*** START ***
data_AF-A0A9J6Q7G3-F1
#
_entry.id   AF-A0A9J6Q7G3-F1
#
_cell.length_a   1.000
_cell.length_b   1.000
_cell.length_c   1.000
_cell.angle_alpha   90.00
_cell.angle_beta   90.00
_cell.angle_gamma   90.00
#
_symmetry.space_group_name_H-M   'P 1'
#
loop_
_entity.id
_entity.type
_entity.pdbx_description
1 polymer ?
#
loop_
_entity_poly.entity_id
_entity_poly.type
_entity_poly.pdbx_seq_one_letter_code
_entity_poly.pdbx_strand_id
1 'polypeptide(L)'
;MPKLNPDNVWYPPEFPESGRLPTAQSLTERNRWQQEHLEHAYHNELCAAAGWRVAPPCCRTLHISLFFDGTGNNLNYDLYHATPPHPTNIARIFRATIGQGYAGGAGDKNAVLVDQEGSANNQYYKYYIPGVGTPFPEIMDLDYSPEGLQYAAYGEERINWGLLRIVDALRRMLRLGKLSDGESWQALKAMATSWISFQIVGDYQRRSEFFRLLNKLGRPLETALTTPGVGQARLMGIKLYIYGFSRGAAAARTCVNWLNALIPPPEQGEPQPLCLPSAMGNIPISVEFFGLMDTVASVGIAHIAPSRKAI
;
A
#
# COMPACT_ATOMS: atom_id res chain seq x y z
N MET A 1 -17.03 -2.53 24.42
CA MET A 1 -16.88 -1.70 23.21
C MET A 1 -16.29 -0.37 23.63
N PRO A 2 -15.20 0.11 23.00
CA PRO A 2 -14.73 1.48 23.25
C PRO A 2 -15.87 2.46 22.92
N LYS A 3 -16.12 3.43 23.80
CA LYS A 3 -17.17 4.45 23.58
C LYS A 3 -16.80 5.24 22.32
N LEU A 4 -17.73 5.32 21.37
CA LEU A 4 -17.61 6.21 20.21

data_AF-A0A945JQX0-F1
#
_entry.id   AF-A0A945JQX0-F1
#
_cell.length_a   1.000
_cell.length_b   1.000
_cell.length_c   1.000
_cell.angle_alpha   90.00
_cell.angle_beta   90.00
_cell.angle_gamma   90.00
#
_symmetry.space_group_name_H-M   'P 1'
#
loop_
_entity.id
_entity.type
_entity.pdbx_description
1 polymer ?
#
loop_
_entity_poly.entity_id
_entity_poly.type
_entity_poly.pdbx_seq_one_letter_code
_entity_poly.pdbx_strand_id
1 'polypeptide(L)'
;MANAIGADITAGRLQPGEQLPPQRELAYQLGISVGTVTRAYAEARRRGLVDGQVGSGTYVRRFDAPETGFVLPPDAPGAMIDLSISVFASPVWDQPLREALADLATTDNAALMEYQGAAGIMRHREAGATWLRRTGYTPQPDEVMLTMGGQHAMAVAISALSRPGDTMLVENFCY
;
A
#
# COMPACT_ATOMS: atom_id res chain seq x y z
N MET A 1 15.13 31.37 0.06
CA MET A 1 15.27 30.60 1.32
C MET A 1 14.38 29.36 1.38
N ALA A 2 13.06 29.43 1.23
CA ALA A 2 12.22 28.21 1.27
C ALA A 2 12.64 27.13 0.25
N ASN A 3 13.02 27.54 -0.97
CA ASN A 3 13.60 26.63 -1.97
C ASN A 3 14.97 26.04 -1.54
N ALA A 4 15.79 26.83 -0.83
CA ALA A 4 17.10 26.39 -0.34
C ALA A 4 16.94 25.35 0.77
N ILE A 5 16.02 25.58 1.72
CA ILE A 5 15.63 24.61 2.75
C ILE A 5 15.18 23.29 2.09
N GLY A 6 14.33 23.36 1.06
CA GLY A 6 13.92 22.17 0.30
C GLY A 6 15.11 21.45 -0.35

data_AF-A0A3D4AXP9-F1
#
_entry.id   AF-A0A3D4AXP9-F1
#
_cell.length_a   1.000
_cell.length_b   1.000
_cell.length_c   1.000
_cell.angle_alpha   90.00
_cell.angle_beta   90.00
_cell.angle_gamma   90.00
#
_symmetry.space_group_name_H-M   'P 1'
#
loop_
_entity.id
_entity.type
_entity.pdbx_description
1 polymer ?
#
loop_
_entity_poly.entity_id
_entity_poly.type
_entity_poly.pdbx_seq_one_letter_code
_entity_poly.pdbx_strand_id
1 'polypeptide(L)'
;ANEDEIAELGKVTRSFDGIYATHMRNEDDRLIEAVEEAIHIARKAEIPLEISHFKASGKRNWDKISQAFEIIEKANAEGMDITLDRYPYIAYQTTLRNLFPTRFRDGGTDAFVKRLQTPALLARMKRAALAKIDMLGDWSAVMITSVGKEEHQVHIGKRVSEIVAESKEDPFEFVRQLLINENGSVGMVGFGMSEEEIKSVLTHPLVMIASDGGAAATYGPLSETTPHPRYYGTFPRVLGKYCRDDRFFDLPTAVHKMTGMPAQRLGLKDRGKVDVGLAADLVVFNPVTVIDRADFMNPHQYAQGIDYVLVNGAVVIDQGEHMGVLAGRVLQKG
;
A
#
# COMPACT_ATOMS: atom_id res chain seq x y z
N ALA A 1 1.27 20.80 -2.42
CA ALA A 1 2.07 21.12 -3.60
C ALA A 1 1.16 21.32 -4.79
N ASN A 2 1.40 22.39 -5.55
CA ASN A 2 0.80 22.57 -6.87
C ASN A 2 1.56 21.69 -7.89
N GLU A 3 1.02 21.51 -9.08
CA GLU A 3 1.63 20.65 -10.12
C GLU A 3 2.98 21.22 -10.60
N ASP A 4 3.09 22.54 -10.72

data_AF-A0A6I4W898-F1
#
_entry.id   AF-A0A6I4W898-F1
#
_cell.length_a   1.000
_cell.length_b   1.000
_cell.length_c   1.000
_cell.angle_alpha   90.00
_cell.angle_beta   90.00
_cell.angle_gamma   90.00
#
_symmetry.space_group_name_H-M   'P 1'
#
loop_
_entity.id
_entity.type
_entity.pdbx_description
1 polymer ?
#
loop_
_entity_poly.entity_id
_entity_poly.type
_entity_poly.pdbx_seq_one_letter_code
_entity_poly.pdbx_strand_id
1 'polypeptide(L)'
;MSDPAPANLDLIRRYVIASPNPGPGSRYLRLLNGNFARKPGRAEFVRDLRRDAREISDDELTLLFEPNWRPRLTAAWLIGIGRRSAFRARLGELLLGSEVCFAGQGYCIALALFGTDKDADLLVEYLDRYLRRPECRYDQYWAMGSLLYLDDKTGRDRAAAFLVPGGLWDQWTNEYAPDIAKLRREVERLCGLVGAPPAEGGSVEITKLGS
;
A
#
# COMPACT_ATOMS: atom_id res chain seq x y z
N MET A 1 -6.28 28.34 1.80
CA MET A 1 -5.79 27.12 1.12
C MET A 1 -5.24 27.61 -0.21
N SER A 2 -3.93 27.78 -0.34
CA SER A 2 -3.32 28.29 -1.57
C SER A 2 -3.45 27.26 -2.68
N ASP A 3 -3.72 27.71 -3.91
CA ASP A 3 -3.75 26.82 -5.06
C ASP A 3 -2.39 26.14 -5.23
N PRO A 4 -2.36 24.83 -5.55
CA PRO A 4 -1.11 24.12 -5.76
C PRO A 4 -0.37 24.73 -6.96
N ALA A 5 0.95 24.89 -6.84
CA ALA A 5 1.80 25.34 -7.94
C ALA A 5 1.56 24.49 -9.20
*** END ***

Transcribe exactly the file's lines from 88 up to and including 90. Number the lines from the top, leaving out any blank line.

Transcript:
CA GLY A 6 13.92 22.17 0.30
C GLY A 6 15.11 21.45 -0.35

data_AF-A0A3D4AXP9-F1